Shaena Reyes never learned about Juneteenth as a student at McAllen’s Nikki Rowe High School.
Reyes, who graduated in 2018, only learned this summer about Juneteenth, which commemorates the end of slavery and became a national holiday three decades ago.
That educational omission is one of the main reasons she and five other McAllen ISD alumni formed The Grande Narrative, an organization with the mission of pushing districts to integrate more books by Black authors and stories of Black leaders into curricula.
Reyes, now a junior at the University of Texas at Austin, says focusing on what is being taught in classrooms is the heart of the problem.
“Racism is a learned thing, it is not a thing that is inherent in anyone,” she said.
Reyes made a reference to a National Institute of Health study which found that beginning at age 4, children make inferences about friendships with other kids based on their race.
“So it is all learned issues,” said Reyes, who is Filipino American. “And so if it’s learned, it can also be unlearned and we believe education is the best way to tackle that because that’s universal.”
The organization wrote a petition which proposes several action items to diversify students’ education, including a requirement of at least one book by a person of color in every English course, and for the establishment of “Celebrate Freedom Week,” in which students would learn about the oppression of the rights of Black people during the Civil Rights Movement.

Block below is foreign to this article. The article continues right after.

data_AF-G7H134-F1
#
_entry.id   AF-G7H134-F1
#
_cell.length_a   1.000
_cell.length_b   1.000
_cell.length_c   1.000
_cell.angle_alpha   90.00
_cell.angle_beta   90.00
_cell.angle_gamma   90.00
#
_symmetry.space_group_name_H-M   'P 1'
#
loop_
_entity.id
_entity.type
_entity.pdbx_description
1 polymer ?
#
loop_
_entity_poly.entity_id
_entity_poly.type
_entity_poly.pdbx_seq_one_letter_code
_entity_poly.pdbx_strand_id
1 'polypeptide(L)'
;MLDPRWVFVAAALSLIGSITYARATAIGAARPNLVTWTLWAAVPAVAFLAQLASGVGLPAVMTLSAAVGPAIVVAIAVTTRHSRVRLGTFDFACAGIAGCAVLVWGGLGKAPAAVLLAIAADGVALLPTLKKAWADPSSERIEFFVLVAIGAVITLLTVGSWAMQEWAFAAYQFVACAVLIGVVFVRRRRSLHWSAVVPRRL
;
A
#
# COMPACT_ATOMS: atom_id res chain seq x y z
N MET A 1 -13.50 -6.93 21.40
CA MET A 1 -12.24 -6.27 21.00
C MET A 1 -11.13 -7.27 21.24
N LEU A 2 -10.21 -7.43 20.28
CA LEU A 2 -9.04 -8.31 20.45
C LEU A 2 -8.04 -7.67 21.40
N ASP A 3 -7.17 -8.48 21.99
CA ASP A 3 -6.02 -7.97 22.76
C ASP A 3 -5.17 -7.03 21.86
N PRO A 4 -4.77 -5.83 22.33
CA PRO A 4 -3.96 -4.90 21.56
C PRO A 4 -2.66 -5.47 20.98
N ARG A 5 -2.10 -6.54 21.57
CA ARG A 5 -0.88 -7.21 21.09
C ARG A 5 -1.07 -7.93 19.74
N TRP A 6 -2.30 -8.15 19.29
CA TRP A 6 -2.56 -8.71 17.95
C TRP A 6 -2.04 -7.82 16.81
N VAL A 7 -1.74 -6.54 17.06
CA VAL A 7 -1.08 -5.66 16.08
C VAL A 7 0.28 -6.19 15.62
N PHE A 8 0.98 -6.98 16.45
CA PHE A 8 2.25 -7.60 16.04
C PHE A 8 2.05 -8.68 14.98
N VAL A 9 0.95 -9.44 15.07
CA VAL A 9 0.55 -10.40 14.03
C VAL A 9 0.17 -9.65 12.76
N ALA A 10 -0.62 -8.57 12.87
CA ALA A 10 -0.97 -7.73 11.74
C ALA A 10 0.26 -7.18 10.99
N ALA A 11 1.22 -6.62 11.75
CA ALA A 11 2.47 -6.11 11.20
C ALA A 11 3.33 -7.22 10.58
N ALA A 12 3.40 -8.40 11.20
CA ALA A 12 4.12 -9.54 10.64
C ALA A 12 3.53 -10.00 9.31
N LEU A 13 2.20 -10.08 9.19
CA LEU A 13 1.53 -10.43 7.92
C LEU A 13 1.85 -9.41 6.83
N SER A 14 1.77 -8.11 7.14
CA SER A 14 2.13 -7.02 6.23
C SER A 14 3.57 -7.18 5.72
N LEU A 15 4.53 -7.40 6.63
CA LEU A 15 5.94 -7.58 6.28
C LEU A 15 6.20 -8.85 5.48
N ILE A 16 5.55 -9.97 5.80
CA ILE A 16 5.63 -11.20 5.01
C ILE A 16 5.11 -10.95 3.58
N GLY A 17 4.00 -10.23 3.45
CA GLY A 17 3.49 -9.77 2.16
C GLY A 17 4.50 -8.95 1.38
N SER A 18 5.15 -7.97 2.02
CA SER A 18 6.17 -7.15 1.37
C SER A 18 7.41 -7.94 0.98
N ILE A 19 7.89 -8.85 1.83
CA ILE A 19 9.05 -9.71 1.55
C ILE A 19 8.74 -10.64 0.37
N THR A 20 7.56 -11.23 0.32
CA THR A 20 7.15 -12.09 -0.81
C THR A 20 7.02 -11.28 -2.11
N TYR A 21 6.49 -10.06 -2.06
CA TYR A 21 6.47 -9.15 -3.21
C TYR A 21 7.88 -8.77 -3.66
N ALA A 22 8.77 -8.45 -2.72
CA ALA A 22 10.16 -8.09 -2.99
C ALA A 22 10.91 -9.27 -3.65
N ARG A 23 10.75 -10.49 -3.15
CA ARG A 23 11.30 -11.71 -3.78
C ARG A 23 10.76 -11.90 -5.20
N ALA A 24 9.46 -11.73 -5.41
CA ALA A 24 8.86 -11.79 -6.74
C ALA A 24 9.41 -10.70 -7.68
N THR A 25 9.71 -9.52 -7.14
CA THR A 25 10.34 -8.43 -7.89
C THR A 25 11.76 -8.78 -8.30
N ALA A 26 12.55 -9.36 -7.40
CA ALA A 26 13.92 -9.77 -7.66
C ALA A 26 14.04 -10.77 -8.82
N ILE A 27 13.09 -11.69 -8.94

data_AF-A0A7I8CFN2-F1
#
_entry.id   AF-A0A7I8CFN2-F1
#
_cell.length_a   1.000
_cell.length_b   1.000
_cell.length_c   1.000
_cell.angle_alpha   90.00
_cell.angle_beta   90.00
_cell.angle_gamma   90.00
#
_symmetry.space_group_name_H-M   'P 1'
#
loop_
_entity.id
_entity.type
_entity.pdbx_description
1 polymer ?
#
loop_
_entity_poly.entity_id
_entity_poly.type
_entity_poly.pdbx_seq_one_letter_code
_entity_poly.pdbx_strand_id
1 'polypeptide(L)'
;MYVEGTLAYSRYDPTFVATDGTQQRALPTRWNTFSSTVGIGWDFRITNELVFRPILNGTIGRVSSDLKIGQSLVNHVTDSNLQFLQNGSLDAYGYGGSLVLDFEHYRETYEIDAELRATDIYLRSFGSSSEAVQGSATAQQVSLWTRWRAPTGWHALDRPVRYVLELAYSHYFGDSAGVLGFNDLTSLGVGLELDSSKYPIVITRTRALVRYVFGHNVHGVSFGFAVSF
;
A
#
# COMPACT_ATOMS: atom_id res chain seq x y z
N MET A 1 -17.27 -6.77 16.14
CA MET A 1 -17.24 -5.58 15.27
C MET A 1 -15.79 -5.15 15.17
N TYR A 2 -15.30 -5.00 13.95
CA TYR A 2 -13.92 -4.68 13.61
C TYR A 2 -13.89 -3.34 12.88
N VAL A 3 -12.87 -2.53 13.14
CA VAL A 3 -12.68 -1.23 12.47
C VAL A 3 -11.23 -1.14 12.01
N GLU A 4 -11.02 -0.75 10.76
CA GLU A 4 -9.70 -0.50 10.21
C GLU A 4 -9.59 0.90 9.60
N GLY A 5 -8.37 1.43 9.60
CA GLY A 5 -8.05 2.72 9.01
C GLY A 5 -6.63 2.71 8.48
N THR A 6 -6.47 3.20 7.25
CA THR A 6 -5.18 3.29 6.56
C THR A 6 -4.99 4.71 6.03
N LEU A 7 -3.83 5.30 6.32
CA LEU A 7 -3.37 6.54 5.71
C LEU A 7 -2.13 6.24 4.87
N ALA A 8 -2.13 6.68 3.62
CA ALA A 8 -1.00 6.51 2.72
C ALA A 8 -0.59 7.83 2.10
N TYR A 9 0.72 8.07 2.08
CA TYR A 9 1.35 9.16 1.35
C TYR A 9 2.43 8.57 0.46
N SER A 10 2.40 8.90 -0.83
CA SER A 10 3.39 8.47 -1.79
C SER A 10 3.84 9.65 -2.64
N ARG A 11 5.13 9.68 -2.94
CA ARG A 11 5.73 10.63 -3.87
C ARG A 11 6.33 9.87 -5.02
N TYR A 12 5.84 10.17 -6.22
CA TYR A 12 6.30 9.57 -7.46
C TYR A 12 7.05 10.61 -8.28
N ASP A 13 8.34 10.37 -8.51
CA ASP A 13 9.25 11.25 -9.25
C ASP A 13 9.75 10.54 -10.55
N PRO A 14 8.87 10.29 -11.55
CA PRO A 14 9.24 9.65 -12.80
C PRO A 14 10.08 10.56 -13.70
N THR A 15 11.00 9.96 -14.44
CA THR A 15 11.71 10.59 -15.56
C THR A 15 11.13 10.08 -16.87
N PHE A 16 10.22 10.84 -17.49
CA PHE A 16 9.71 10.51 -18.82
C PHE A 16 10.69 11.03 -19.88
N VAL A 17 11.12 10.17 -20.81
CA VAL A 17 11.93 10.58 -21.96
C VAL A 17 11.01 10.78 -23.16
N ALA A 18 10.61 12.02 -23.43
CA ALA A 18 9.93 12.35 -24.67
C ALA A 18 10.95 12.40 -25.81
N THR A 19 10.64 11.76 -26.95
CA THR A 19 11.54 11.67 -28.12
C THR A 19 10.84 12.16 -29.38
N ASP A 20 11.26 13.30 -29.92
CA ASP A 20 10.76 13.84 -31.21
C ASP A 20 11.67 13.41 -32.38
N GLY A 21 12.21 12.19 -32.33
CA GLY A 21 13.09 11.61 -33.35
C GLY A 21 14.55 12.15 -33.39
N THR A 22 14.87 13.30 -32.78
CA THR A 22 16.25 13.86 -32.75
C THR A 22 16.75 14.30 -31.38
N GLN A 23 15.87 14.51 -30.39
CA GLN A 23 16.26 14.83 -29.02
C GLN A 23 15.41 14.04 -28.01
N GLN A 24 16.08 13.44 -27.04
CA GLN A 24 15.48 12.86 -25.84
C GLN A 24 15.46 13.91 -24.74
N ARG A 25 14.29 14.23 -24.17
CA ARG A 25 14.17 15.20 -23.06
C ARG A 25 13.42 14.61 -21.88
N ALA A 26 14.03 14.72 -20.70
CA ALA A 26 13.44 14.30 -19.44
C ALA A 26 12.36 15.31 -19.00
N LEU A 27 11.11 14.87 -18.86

Natalie Glasper, also a founding member of The Grande Narrative, said though she remembers reading books by authors of color in school, diversity often depended on the teacher.
“You might get teachers who made it a point to include those books and lessons, and you might not,” said Glasper, a 2018 graduate of McAllen Memorial. “And so we want it to be a priority and make it an important part in what people are learning because McAllen ISD serves a diverse community, and we want students to see their experiences reflected in their lessons and have the chance to learn about their own history.”
The petition has received almost 400 signatures so far.
Last year, McAllen ISD’s student body was 93.5% Hispanic, 4.4% white, 1.3% Asian and .4% Black.
Reyes mentioned a study published by the Center for Education Policy Analysis which found that the GPA of ninth-grade students after taking ethnic studies courses increased by 1.4 points, compared to the year before without it. Attendance also rose by 21%.
“So these whitewashed stories, this racism, is not only people to people, but it’s also systemic and it also hurts us when we don’t even realize it sometimes,” she said.
The organization has also compiled a list of books, movies and plays for all school grade levels that teach students about Black history and racism, and each one has a corresponding lesson guide.
In that list, Reyes suggested that middle school students read the fictional “Ghost Boy” by Jewell Parker Rhodes, about a Black boy killed by a police officer. Glasper added the 1959 play ‘A Raisin in the Sun” by Lorraine Hansberry, which reveals the struggles of housing discrimination through the story of a poor Black family living in Chicago’s South Side.
“I did not see a lot of representation of me growing up,” said Glasper, who is half Black and half white. “So I think it is very of interest to our community and in this school year, because when we see these whitewashed narratives we don’t see ourselves in it.”